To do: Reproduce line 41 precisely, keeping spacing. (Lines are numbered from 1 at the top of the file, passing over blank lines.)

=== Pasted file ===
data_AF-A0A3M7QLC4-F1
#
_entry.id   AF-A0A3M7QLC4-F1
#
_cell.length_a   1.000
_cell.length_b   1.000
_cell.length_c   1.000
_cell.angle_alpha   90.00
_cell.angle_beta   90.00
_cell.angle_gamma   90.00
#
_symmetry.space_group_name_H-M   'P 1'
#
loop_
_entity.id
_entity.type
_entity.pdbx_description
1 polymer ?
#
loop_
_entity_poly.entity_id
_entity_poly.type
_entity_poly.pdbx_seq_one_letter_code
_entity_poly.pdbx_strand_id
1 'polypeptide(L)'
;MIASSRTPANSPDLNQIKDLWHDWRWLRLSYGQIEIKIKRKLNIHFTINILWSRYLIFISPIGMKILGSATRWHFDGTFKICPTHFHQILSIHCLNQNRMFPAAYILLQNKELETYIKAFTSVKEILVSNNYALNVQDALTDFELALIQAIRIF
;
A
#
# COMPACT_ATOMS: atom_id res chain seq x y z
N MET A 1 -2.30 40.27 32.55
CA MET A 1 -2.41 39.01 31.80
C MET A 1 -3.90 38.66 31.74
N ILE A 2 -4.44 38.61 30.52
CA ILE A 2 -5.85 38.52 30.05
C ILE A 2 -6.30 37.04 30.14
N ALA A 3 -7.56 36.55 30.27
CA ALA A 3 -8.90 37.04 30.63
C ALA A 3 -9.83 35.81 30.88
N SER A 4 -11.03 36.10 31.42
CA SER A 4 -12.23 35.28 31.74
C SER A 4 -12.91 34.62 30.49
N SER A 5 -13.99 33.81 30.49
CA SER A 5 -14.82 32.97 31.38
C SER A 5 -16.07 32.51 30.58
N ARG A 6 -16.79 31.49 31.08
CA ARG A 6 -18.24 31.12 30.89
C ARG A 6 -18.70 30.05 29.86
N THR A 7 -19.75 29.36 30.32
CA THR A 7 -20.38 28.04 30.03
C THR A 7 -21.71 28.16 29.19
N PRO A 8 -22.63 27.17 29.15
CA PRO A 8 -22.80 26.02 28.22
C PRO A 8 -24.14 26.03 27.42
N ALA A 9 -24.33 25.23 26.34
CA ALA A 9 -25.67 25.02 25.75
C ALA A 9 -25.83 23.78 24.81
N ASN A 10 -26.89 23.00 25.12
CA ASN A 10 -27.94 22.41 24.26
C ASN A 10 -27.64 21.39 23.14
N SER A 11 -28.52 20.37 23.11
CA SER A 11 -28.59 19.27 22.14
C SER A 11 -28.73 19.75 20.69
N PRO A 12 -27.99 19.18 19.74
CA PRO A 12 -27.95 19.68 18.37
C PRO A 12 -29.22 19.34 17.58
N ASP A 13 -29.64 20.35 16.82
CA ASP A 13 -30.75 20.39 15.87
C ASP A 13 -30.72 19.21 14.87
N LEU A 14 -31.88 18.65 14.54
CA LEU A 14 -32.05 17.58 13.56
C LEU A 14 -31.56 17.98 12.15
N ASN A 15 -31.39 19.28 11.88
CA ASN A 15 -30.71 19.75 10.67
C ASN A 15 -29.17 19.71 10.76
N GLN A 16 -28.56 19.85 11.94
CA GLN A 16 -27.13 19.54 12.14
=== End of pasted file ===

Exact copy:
CA SER A 4 -12.23 35.28 31.74